San Francisco-based additive manufacturing (AM) software firm 3D Control Systems announced that its 3DPrinterOS software has been chosen by Koenigsegg Automotive for AM workflow optimization. Established in 1994 and based in the town of Ängelholm in southwestern Sweden, Koenigsegg is one of the world’s top manufacturers of high-performance sports cars, or hypercars.
Koenigsegg has already incorporated the cloud-based 3DPrinterOS platform into its engineering workflow, which includes 17 fused deposition modeling (FDM) and resin-based 3D printers. According to Koenigsegg, 3DPrinterOS has allowed the auto manufacturers’ engineers to switch between different printing platforms more seamlessly, while also facilitating greater centralization of management concerning the company’s fleet of 3D printers, which has allowed workers to spend less time on administering the machines manually.
Streamlining workflow is an especially critical objective for a company like Koenigsegg, which does most of its product development and manufacturing in-house. And car manufacturers across the globe have rapidly become more focused on automation amid the automotive sector’s accelerated turn towards electrification: EV supply chains are simply far more automated than those for ICE vehicles.
Thus, cloud-based workflow management is a particularly urgent priority for automakers at this point in time, as corporations race to simultaneously innovate and do more with less. This will require maximization of value from all the assets that a given company already owns, which will, in turn, demand unprecedented levels of coordination between all the many different operating areas.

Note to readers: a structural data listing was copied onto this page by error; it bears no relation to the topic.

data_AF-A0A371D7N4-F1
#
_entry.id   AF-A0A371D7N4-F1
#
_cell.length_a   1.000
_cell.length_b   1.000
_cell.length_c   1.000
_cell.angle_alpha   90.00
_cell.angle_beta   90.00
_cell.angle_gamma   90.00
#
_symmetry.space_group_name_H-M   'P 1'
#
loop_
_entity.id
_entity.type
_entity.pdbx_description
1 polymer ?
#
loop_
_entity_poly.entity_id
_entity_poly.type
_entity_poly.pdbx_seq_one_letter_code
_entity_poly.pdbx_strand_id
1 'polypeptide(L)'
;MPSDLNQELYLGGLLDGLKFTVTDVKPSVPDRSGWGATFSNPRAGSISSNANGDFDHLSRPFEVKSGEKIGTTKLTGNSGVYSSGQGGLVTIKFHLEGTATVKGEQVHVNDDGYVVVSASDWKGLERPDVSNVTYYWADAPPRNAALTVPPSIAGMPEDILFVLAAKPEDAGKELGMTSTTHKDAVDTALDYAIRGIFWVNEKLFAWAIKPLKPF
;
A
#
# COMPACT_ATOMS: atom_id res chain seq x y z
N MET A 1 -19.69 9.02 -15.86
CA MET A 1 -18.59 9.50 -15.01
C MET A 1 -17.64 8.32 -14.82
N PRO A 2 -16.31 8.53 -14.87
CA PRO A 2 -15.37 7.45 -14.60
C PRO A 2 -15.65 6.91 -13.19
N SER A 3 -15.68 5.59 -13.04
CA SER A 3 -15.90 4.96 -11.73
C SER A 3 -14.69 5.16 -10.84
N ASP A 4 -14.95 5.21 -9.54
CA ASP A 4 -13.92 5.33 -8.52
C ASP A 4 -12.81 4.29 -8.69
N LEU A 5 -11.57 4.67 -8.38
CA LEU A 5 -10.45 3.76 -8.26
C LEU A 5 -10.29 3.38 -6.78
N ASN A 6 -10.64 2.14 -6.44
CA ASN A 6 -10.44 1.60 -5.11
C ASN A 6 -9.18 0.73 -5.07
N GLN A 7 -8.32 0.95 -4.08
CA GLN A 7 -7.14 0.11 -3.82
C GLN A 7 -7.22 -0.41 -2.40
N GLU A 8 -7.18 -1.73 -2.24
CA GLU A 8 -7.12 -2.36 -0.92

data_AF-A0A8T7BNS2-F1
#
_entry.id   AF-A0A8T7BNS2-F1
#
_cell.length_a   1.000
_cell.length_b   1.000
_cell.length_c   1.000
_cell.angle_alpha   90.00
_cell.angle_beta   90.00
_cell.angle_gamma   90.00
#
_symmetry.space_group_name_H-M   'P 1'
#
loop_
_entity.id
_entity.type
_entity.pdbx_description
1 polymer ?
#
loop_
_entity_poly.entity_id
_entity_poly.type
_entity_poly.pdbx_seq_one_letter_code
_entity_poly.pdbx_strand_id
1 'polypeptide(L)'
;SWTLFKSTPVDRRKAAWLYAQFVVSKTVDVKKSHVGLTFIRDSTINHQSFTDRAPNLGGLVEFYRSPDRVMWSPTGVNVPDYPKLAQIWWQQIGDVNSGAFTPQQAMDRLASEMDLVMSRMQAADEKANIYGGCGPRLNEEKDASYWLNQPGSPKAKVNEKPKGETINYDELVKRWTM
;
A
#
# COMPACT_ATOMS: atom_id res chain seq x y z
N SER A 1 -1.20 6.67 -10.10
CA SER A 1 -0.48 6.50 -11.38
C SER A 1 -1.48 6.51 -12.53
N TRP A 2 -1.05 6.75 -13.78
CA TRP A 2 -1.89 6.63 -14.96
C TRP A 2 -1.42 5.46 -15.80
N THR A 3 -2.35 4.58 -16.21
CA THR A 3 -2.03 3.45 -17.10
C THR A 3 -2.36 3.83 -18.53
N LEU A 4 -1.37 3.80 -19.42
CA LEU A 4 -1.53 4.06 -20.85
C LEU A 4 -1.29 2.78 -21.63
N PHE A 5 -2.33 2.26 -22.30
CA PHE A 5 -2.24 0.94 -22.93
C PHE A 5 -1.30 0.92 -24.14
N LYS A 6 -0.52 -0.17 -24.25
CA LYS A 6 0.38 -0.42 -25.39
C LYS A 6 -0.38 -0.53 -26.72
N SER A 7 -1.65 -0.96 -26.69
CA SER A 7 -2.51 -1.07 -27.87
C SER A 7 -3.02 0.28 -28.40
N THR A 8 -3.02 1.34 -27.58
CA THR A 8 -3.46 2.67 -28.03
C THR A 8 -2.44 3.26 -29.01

It will also require new partnerships based on overlapping digital ecosystems. In this vein, it is worth mentioning that about a year ago, 3DPrinterOS made its slicing software available for Formlabs’ resin-based SLA and SLS 3D printers. While it is not clear if any of the resin-based printers that Koenigsegg uses are Formlabs machines, it seems like a safe bet given the 3D printing company’s popularity.
Finally, regarding the same concept of overlapping digital ecosystems, but from a different angle, Koenigsegg’s expertise in cloud-based workflow management could make the company an asset to the growing Scandinavian advanced manufacturing scene. As I recently wrote about, the Swedish AM consortium AMEXCI is accelerating its activities and bolstering its infrastructure via a planned advanced manufacturing hub about five hours northeast of Koenigsegg’s headquarters, in Örebro, Sweden.
Interestingly, when the Koenigsegg Regera recently set a new speed record by going from zero to 250 mph in 29.60 seconds, the demonstration occurred on a runway at Örebro Airport. This not only reinforces the idea that large stakeholders in the Swedish economy are building up Örebro’s credentials as a science and technology hub, but also at least hints at the possibility that Koenigsegg could eventually join AMEXCI.
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